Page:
RCTs: Where’s the rigor when you need it?
Randomised controlled trails are taken as gold standard evidence for policy effectiveness almost everywhere evidence-based policy is preached. Development economics is no exception – just look at what all those MIT economists say on the J-PAL website. RCTs are supposed to be a paradigm of rigor. That’s true in a sense. It is provable that if the treatment is orthogonal to other causes, the mean of the outcome in the treatment group minus the mean in the control group is an unbiased estimate of the average treatment effect (ATE) in the study population. But this theorem is of little use. Why suppose the premise is ever satisfied? Randomisation may give orthogonality at base but much happens differentially to the two groups after. And of what use as evidence about my setting is an ATE in a total different setting? Both warranting orthogonality and warranting transport of the ATE elsewhere (with or without adjustment) requires just the kind of knowledge of the ‘unknown unknowns’ that RCTs are meant to avoid need for. When it comes to putting RCT results to use, rigor gives out very quickly.
Nancy Cartwright is Professor of Philosophy at the Department of Philosophy, University of Durham and at the University of California, San Diego (UCSD). She is past President of the Philosophy of Science Association and was President of the American Philosophical Association (Pacific Division) in 2008. Her research interests include philosophy and history of science (especially physics and economics), causal inference, causal powers, scientific emergence and objectivity, evidence, especially for evidence-based policy [EBP] and the philosophy of social technology. Her current work, for the project ‘Knowledge for Use’ [K4U], investigates how to use scientific research results for better policies.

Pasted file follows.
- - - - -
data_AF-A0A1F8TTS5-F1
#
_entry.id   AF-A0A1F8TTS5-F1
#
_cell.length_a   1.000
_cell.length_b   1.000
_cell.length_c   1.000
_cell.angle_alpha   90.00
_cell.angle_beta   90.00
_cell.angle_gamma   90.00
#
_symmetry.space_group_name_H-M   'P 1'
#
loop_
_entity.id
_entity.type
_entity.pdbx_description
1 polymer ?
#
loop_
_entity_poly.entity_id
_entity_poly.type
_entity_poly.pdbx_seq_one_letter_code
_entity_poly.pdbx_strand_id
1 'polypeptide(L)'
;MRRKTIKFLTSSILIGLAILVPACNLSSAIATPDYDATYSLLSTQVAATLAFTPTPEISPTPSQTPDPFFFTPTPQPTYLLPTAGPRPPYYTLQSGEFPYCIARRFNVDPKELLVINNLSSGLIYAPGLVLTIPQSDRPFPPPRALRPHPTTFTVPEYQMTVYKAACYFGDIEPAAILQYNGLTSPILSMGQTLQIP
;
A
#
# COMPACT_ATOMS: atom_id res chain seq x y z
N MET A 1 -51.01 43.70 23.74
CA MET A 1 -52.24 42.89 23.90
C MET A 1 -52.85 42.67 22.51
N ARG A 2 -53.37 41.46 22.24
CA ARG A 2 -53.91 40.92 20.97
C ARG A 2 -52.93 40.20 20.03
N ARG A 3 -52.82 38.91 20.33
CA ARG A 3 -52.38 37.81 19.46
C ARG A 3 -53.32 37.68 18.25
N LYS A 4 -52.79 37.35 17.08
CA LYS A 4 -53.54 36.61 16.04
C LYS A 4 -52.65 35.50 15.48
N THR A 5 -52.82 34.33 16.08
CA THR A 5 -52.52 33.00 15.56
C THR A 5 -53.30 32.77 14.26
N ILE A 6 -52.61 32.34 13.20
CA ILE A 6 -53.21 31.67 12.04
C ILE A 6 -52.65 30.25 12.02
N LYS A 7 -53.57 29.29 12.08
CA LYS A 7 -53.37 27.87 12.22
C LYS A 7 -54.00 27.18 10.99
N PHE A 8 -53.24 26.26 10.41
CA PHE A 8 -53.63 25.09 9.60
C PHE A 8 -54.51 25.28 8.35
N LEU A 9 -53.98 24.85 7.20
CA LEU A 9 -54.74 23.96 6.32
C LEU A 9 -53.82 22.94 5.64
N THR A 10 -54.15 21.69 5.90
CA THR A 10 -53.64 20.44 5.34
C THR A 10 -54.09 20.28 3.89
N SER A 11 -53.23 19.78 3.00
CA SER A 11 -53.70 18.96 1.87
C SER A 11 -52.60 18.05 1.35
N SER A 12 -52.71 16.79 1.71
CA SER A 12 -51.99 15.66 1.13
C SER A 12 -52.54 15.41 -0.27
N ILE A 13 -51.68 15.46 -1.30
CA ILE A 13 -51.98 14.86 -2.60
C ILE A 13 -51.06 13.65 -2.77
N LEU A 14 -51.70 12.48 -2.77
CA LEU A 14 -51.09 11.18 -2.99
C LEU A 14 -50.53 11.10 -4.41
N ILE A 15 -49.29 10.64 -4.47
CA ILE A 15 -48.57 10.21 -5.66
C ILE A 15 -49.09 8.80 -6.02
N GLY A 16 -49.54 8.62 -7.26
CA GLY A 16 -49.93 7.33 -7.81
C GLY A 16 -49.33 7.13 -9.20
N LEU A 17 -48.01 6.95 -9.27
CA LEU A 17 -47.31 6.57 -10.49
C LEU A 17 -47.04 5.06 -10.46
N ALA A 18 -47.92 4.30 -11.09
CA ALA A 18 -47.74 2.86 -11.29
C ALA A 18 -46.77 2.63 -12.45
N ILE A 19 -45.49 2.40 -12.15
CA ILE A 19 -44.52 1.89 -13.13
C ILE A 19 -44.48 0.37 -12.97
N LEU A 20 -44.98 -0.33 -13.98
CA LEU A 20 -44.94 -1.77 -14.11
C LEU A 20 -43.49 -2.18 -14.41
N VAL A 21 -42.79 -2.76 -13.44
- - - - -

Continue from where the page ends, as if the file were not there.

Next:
Nancy Cartwright is a Fellow of the British Academy and a member of the American Philosophical Society (The US’s oldest academic honourary society), the American Academy of Arts and Sciences, the German Academy of Sciences (Leopoldina) and a recipient of a MacArthur Fellowship. She has published numerous books, book chapters and articles in leading international journals.
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|18 Apr 2018||4:30pm - 6:00pm|
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